Here we are. Already it’s mid-autumn a festival, a time to be with your family and do family things or as we like to think of it around here, a day off work. The long weekend draws to a close and it’s back to the salt mines in the morning. Oh joy, my heart sings. I got a text message this afternoon from one of my students wishing me a happy mid-autumn festival day. I thought it was sweet. I wonder if she sent it because she’s a polite person or because she likes me as a person and was thinking of me. Either way it was nice but I hope it’s choice number 2.
We had our wild three-day weekend in Nanjing. What can one say about Nanjing? To quote Shujie, “I hate it”. The problem in Nanjing is taxis. I’ve ridden lots and lots of taxis in China and you can always get one within minutes, even in the biggest cities. I’ve ridden taxis in other countries and you can always get them within minutes. Shujie has ridden plenty of taxis in China without a problem. However, in Nanjing it seems the taxi is full, or if it’s not full the driver is taking on passengers, or if he is but doesn’t like where you’re going (such as not past the place where he has to pick up his wife), you can forget it. We spent a lot of time trying to flag down taxis but it always ended up we were riding the subway or the buses. It was just so weird to not be able to get a taxi.
I do like staying in nice hotels. The hotel was spotless (as befits a 5 star hotel), the staff was friendly, and the breakfast wasn’t too bad. The location was good. The weather, which called for rain all weekend, produced no rain. That was good. And what visit to the big city doesn’t come with the opportunity to dine out at the finest restaurants money can afford. Pictured below is Shujie showing off the remains of one of our fine meals.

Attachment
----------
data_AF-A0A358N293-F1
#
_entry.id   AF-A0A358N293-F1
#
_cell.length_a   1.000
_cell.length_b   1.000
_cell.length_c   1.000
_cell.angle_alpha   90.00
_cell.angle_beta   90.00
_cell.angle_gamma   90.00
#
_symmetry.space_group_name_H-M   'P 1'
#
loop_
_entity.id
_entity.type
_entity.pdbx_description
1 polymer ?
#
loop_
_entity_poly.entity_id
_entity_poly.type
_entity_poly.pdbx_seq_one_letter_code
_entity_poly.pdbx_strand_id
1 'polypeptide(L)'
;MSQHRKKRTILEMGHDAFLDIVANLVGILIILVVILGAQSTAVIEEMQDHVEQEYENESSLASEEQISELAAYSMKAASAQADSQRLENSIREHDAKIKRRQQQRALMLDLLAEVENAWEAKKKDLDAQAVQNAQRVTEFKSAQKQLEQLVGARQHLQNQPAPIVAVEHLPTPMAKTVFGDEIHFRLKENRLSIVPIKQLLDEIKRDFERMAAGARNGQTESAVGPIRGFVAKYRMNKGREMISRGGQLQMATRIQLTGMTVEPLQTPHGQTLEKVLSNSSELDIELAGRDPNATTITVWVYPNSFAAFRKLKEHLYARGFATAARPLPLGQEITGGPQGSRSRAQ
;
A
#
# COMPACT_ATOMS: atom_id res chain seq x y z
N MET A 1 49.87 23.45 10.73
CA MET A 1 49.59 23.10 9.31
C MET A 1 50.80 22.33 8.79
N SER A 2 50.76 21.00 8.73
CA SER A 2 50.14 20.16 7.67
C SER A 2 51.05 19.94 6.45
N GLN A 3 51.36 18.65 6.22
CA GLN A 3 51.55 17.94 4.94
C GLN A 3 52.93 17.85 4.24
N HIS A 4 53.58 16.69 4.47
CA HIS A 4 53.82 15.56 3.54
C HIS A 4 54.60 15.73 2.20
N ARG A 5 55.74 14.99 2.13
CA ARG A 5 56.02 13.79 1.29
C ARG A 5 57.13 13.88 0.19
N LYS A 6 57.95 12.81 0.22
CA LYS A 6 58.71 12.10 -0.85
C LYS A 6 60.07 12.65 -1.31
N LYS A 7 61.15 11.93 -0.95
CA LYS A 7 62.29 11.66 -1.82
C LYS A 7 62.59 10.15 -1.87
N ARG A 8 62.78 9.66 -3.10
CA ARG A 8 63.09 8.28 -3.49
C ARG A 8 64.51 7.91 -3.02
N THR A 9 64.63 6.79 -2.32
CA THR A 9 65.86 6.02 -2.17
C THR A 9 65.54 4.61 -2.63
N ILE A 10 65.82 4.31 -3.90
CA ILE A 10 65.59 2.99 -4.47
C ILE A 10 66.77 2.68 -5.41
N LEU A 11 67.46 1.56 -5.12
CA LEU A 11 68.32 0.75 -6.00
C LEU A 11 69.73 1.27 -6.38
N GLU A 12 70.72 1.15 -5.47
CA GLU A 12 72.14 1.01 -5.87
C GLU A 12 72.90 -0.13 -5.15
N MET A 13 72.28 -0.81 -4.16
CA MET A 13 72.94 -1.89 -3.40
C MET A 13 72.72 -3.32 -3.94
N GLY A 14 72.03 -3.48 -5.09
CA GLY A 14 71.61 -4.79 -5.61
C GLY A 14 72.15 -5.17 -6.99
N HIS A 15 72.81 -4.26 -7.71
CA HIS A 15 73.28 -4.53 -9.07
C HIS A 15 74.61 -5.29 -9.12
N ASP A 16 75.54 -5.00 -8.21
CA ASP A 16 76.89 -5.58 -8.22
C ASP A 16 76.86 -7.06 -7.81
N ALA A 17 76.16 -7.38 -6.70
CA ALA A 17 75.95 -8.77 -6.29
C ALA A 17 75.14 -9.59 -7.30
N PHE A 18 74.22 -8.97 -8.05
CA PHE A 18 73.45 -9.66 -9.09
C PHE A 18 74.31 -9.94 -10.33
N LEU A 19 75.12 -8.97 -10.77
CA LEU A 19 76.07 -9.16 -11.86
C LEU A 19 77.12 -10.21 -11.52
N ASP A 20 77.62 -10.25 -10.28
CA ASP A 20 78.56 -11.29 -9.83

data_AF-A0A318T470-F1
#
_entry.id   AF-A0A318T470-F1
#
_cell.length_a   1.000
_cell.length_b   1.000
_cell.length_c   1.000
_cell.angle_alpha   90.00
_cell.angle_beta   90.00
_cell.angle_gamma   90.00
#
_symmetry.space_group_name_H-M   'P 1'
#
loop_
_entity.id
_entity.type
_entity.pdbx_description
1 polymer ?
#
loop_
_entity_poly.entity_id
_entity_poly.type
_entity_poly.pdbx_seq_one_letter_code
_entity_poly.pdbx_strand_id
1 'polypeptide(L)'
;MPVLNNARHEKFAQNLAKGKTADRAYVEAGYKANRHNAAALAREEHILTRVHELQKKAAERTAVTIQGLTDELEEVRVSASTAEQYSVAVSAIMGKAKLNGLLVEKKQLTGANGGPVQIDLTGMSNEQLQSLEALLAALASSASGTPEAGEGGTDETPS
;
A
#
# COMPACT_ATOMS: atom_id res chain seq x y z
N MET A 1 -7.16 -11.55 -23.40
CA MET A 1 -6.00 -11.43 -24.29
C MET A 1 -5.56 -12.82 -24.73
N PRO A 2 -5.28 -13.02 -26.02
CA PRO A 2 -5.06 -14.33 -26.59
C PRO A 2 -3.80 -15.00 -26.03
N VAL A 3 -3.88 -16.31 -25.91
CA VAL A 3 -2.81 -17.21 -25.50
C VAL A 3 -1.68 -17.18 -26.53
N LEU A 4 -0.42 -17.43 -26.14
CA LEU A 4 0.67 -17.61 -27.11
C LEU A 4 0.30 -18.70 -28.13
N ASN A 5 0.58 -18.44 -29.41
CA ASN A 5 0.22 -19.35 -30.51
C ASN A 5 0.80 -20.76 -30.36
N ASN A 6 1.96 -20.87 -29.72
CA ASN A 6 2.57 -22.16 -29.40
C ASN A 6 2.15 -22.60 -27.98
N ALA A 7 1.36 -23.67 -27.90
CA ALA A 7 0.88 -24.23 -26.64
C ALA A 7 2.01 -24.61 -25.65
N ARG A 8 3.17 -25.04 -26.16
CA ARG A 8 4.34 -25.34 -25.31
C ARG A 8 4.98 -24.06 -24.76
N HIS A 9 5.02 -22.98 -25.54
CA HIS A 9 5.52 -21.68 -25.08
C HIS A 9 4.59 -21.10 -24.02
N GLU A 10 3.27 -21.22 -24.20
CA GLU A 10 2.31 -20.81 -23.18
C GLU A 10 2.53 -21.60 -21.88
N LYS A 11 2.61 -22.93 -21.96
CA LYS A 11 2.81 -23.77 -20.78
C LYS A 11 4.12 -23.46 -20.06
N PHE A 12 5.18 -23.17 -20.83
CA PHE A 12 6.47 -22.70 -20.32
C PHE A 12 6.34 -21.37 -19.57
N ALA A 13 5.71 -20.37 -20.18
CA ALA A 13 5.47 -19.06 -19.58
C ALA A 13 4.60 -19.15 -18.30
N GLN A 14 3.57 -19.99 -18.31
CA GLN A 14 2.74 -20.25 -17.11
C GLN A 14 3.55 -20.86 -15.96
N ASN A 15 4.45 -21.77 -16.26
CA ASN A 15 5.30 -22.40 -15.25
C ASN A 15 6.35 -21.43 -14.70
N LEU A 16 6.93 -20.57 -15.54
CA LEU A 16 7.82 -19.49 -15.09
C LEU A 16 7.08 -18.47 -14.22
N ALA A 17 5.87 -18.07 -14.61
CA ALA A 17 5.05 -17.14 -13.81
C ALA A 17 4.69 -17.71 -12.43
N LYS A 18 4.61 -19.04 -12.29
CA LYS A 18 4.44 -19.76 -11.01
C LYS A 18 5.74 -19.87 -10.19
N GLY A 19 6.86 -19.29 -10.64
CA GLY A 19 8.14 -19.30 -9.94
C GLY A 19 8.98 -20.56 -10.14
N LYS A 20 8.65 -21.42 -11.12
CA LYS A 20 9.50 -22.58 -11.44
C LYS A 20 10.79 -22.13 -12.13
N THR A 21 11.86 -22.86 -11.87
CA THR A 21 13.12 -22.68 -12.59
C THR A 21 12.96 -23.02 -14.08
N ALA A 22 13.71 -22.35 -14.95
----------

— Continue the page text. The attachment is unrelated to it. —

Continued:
When we got to Nanjing and checked in after our 1-hour bus ride and 20-minute subway ride it was off to see the sites. Our first stop was the Confucius Temple which has a place in history and has been restored so many times you don’t feel like you’re in an old place. Not to mention it was surrounded by an innumerable amount of shops. It was a shopping arcade area that had nothing much to do with Confucius unless he was getting a cut of the action.
Now the temple is ranked as a 5-star attraction but this is the country where you can see 5-star ranked toilets. So I don’t put much trust in their ranking system. But here is the official 5-star ranking picture.
And here is the old guy himself. Did he look like this? Only Confucius knows.
After our visit with Confucius we went into Hagen-Daaz to see how to truly waste money. Shujie had a scoop of green tea ice cream she said was excellent for only about $4.75 while I satisfied a milk shake craving with a $10 milk shake. It’s a holiday. There aren’t many places to get milkshakes and it was quite good.
From there we went to see the old city wall. It’s the largest city wall still in existence in China. Here we are entering it.
It was quite interesting. We went to the top and had a look around. Shujie found the keys to the gates of the wall and is displaying them here for you.
You can also see for miles as this stretch goes on for 7km. It was quite interesting to see it and learn how they used it to protect themselves. Shujie and I both voted this our 2nd most interesting Nanjing attraction.
That evening the hotel recommended an Italian restaurant that was close by. We thought we’d give it a go, as the thought of a plate of spaghetti was quite appealing to me. We sat down and ordered and the waitress went off to place our order. Then she came back to inform me that they were “sold out” of tomato sauce. I thought I was going to blow a gasket. An Italian restaurant sold out of tomato sauce? I’d never heard anything so silly before. I was furious and rather ill behaved. The waitress kept apologizing and I kept telling her that it wasn’t her fault. I felt bad about the apologizing but I was just so angry. We ended up at Pizza Hut (not a thrill) and when I’d calmed down I realized I could have had a better pizza at the restaurant I’d stormed out of. Oh well.